-f option specifies a file where grep reads patterns. That’s just like passing patterns on the command line (with the
-e option if there’s more than one), except that when you’re calling from a shell you may need to quote the pattern to protect special characters in it from being expanded by the shell.
-P, if any, tells grep which syntax the patterns are written in. With no argument, grep expects basic regular expressions; with
-E, grep expects extended regular expressions; with
-P (if supported), grep expects Perl regular expressions; and with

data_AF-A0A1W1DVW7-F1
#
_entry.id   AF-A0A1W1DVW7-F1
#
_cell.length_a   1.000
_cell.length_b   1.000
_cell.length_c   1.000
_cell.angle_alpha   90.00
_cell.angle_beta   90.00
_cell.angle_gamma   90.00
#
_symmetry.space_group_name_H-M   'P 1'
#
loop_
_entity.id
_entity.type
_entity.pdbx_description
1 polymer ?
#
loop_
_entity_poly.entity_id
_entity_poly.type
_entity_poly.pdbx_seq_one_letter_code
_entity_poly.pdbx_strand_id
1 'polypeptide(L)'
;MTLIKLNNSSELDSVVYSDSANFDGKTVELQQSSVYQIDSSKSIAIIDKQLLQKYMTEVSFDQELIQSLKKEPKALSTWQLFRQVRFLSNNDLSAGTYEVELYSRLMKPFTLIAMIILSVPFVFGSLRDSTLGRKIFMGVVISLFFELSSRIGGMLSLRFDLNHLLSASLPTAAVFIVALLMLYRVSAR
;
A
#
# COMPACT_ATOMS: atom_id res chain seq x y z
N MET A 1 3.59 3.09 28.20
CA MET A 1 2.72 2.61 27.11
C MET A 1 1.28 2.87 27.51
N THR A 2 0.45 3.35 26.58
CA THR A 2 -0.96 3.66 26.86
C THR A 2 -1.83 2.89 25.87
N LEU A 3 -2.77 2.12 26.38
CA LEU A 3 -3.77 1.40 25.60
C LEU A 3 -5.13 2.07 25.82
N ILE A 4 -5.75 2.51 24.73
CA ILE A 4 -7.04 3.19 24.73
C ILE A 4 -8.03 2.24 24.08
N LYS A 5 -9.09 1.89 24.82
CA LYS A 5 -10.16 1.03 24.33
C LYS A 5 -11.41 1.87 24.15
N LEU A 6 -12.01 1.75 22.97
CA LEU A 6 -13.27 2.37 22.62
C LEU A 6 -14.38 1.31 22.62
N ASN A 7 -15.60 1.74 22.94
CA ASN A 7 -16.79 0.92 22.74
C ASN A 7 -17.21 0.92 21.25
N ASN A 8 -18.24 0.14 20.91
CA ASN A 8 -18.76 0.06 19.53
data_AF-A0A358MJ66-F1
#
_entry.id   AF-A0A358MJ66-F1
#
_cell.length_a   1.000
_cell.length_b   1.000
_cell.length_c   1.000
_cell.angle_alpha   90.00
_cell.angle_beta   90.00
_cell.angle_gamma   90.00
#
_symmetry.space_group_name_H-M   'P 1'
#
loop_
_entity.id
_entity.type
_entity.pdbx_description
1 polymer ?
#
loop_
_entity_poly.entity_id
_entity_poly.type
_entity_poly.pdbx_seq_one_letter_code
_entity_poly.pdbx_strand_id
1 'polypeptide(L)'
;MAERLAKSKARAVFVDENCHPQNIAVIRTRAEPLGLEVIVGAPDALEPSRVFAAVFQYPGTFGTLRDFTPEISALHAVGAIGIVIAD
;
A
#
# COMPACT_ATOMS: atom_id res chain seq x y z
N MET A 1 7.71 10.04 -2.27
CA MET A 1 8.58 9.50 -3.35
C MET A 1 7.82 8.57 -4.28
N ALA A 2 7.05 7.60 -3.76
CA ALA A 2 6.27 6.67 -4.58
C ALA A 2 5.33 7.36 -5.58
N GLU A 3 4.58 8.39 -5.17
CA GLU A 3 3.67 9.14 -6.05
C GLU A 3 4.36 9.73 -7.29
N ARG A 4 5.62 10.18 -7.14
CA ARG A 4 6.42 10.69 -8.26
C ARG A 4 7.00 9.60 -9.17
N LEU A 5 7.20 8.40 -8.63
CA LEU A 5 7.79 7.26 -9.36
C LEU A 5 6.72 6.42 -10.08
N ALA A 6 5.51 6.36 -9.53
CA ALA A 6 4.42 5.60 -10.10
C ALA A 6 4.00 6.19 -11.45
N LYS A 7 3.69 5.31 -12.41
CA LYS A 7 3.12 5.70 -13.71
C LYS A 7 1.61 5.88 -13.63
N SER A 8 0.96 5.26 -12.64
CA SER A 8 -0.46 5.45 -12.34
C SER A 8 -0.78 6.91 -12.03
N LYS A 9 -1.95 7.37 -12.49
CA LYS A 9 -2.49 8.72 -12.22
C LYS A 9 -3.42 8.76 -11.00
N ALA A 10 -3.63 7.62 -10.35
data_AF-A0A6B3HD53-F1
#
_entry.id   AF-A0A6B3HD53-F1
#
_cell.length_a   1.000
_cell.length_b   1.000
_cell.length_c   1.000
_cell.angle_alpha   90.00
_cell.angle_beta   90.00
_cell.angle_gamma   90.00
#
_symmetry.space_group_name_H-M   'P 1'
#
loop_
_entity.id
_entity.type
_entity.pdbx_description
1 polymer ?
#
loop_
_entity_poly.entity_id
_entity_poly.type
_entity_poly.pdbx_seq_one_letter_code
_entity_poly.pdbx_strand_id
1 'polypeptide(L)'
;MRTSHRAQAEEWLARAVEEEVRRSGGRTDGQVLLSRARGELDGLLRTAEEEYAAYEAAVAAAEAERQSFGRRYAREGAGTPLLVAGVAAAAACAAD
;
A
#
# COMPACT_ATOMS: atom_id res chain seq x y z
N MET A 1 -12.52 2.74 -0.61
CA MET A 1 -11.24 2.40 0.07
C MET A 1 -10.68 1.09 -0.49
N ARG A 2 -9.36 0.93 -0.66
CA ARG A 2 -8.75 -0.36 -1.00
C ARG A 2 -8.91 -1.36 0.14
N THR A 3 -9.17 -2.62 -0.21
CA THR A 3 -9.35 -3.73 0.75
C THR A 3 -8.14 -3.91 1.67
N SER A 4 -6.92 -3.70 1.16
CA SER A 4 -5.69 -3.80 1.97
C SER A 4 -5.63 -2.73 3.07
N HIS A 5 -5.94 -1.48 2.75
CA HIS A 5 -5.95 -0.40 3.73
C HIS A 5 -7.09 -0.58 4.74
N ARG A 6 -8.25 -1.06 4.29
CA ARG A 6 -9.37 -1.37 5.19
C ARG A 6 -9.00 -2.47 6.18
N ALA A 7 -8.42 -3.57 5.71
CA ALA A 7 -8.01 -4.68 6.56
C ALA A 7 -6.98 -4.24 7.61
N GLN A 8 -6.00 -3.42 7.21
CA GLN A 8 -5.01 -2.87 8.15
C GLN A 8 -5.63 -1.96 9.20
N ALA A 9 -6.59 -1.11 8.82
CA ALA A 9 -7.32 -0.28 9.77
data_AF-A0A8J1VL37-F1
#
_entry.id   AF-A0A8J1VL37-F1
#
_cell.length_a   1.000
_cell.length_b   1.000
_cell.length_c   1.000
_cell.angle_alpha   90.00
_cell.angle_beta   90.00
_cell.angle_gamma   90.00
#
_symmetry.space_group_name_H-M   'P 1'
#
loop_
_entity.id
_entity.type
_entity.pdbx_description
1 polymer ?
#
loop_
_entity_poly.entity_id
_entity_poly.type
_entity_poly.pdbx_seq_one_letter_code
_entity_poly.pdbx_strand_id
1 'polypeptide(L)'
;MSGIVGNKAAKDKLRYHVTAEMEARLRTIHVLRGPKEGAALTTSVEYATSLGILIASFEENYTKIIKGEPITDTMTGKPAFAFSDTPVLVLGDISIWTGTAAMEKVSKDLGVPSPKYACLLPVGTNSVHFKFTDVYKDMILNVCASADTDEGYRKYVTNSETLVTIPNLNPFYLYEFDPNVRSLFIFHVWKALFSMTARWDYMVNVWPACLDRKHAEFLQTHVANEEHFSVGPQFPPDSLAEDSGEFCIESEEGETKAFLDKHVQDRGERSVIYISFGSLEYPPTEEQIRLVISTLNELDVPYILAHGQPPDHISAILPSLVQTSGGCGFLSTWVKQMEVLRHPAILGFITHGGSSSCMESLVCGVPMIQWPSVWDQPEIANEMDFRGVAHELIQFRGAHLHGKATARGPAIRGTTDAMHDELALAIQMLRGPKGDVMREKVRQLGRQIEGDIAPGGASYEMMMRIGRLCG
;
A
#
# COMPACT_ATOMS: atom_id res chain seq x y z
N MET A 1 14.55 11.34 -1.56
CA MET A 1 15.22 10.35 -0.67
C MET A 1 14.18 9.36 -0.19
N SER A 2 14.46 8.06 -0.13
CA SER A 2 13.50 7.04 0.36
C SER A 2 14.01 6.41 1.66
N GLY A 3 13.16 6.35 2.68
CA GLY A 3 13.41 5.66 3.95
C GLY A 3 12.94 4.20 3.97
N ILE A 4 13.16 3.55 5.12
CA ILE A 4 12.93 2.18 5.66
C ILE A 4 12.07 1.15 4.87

-F, grep expects literal strings. Whether the patterns come from the command line or from a file doesn’t matter.
Note that the strings are substrings: if you pass
a+b as a pattern then a line containing
a+b+c is matched. If you want to search for lines containing exactly one of the supplied strings and no more, then pass the
I had the same error, not solved with the good answer from @gilles.
Looking closer in the input file, I found 2 newlines at the end.
Without these, success, needed only: grep -i file_pattern_input file
(GNU grep 3.1, Input file more than 5000 records, matching/pattern file 2536, I knew all the 2536 have to be in the file. With newlines got all lines of the file and without only the 2536 matching lines)